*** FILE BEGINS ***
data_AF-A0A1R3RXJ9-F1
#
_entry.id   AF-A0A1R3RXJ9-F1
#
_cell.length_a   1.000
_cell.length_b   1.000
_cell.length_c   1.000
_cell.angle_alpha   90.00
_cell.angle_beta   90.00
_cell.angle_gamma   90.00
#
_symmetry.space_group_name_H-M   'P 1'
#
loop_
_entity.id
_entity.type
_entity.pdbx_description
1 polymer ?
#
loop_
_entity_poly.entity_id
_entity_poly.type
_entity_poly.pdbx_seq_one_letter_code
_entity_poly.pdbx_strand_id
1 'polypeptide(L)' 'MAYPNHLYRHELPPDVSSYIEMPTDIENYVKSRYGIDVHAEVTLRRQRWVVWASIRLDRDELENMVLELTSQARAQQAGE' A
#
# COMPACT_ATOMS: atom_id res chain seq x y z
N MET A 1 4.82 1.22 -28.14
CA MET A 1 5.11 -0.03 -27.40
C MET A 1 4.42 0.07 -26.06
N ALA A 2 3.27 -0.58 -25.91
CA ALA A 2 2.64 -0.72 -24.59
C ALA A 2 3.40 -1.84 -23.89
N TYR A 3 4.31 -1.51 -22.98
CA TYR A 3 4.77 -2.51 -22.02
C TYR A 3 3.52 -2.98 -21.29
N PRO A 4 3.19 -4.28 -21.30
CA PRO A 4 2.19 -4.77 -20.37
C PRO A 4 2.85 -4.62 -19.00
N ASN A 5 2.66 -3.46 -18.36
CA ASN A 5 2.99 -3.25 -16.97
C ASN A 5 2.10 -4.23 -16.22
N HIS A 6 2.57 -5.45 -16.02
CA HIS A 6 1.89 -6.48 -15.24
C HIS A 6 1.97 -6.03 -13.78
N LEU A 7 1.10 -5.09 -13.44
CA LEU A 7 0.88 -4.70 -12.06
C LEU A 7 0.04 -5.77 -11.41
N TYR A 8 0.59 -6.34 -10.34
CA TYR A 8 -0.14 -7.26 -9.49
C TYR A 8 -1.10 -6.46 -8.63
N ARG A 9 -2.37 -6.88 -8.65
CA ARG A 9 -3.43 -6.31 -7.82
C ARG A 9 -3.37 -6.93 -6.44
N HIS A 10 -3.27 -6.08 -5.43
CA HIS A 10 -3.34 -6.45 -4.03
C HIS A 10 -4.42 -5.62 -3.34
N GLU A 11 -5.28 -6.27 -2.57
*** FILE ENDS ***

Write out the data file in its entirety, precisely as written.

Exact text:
data_AF-A0A1R3RXJ9-F1
#
_entry.id   AF-A0A1R3RXJ9-F1
#
_cell.length_a   1.000
_cell.length_b   1.000
_cell.length_c   1.000
_cell.angle_alpha   90.00
_cell.angle_beta   90.00
_cell.angle_gamma   90.00
#
_symmetry.space_group_name_H-M   'P 1'
#
loop_
_entity.id
_entity.type
_entity.pdbx_description
1 polymer ?
#
loop_
_entity_poly.entity_id
_entity_poly.type
_entity_poly.pdbx_seq_one_letter_code
_entity_poly.pdbx_strand_id
1 'polypeptide(L)' 'MAYPNHLYRHELPPDVSSYIEMPTDIENYVKSRYGIDVHAEVTLRRQRWVVWASIRLDRDELENMVLELTSQARAQQAGE' A
#
# COMPACT_ATOMS: atom_id res chain seq x y z
N MET A 1 4.82 1.22 -28.14
CA MET A 1 5.11 -0.03 -27.40
C MET A 1 4.42 0.07 -26.06
N ALA A 2 3.27 -0.58 -25.91
CA ALA A 2 2.64 -0.72 -24.59
C ALA A 2 3.40 -1.84 -23.89
N TYR A 3 4.31 -1.51 -22.98
CA TYR A 3 4.77 -2.51 -22.02
C TYR A 3 3.52 -2.98 -21.29
N PRO A 4 3.19 -4.28 -21.30
CA PRO A 4 2.19 -4.77 -20.37
C PRO A 4 2.85 -4.62 -19.00
N ASN A 5 2.66 -3.46 -18.36
CA ASN A 5 2.99 -3.25 -16.97
C ASN A 5 2.10 -4.23 -16.22
N HIS A 6 2.57 -5.45 -16.02
CA HIS A 6 1.89 -6.48 -15.24
C HIS A 6 1.97 -6.03 -13.78
N LEU A 7 1.10 -5.09 -13.44
CA LEU A 7 0.88 -4.70 -12.06
C LEU A 7 0.04 -5.77 -11.41
N TYR A 8 0.59 -6.34 -10.34
CA TYR A 8 -0.14 -7.26 -9.49
C TYR A 8 -1.10 -6.46 -8.63
N ARG A 9 -2.37 -6.88 -8.65
CA ARG A 9 -3.43 -6.31 -7.82
C ARG A 9 -3.37 -6.93 -6.44
N HIS A 10 -3.27 -6.08 -5.43
CA HIS A 10 -3.34 -6.45 -4.03
C HIS A 10 -4.42 -5.62 -3.34
N GLU A 11 -5.28 -6.27 -2.57